In Act 5, Macbeth's attitude while entering the war was of supreme confidence. He was completely certain that he was already victorious and had no qualms about losing whatsoever. He had this attitude because of the way he interpreted the witches second set of prophecies for him, and in reality this attitude in turned helped contribute to his defeat. Macbeth went into the battle thinking nothing could happen to him. He was not thinking clearly and this helped the enemy be able to easily defeat him and his arrogance. This inevitable defeat that was coming his way, finally opened up Macbeth's eyes and forced him to hear the truth of the matter but by then it was too late.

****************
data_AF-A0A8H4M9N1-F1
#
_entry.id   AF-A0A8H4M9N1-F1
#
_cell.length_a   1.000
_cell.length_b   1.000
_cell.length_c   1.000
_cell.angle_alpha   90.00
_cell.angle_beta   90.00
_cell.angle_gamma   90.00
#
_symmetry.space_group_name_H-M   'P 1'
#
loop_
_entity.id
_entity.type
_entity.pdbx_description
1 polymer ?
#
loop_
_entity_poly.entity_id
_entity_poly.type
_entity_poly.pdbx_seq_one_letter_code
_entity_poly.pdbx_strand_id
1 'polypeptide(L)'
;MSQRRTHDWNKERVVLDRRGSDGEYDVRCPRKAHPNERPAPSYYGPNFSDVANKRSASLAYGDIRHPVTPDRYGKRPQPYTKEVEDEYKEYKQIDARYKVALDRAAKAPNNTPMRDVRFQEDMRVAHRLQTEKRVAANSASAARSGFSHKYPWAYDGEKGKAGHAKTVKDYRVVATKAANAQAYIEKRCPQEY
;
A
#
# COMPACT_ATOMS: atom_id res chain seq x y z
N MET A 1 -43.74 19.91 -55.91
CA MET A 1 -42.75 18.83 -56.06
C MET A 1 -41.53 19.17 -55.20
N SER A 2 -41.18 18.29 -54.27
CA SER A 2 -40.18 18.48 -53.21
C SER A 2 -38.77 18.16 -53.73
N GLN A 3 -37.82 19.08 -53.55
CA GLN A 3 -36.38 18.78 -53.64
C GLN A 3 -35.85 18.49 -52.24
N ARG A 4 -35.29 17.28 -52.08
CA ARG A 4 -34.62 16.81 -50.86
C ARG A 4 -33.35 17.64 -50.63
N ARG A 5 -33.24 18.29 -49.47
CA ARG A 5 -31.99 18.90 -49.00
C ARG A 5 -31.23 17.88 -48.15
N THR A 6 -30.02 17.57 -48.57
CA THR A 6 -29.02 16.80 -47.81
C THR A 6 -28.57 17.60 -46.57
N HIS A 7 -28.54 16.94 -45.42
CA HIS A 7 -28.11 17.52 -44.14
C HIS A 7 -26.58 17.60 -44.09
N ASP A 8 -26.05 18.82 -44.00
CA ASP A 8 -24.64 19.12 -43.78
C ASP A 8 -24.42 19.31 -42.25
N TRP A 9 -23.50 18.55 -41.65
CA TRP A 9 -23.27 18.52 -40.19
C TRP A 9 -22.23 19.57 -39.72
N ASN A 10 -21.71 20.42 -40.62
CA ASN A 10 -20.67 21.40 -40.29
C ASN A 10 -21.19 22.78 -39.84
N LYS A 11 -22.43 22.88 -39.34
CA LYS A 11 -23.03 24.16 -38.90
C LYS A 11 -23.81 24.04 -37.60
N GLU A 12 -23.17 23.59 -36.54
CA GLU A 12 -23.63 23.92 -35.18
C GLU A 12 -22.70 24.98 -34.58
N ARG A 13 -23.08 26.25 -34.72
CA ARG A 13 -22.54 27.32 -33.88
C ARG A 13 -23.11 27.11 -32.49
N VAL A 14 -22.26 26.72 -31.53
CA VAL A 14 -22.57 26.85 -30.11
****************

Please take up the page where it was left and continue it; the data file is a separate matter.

When entering the war, Macbeth was overly confident in his forces. He was very confident because he had recently gone to the witches to see what he should look out for and they told him to not fear anyone that came out of a woman's womb. He took this as he was invincible to everyone around him. The attitude he had made both Seyton and the Doctor in Act Five Scene Three see him as cocky. He was arrogant because he believed that he should have no fear in his heart. Macbeth's arrogance made him not prepare for what he had coming for him and hence his head was cut off by Macduff.